Obese or overweight diabetics can improve the quality of the sleep by losing weight, according to new research.
The six-month study, led by Professor Kerry Stewart, of the Johns Hopkins University School of Medicine, involved 77 overweight/obese individuals with either type 2 diabetes or pre-diabetes.
The participants were randomly assigned to one of two weight loss regimes – a diet and exercise programme or a diet-only plan.
They were also surveyed for sleep problems, such as sleep apnea, excessive sleep and insomnia, and had body mass index (BMI) and abdominal fat measurements taken at the start and end of the study.
After six months, both groups lost an average of around 15 pounds, including a 15 per cent reduction in belly fat .
At the same time, the researchers found that overall sleep quality among the 55 participants who completed the study improved considerably, with both weight loss groups enhancing their overall sleep score by 20 per cent.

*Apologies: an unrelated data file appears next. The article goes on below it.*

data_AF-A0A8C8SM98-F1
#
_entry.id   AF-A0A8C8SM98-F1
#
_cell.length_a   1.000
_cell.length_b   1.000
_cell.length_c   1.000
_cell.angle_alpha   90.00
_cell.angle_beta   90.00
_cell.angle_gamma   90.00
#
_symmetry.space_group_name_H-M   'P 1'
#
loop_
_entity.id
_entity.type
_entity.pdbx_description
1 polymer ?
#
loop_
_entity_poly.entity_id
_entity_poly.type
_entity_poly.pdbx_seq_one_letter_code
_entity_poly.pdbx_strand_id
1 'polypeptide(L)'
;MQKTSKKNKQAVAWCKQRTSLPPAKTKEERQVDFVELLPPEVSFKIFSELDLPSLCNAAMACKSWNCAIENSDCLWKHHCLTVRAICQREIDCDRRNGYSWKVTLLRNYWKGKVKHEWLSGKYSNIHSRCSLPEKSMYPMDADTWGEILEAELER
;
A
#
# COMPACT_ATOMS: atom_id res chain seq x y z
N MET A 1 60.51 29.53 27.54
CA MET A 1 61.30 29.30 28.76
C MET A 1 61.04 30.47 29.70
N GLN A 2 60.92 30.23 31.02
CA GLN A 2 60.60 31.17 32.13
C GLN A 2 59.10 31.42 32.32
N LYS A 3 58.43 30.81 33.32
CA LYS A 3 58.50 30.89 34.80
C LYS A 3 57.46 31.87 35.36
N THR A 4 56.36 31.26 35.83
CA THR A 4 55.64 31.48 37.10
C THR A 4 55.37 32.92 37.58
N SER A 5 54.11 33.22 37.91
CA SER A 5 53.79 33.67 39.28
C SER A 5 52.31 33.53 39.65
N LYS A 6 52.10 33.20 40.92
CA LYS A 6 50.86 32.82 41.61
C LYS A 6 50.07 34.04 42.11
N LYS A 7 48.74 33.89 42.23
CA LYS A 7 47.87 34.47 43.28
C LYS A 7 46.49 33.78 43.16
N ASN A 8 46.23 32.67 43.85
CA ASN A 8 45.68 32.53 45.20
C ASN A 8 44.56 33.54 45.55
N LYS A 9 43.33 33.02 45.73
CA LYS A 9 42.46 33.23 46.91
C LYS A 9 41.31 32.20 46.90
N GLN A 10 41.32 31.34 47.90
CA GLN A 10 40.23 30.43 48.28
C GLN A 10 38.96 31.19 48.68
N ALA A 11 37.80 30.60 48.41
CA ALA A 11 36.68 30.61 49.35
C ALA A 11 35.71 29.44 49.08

The authors said the findings indicate a connection between a loss in weight, particularly around the belly, and better sleep.
Prof Stewart said: “The key ingredient for improved sleep quality from our study was a reduction in overall body fat, and, in particular belly fat, which was true no matter the age or gender of the participants or whether the weight loss came from diet alone or diet plus exercise .”

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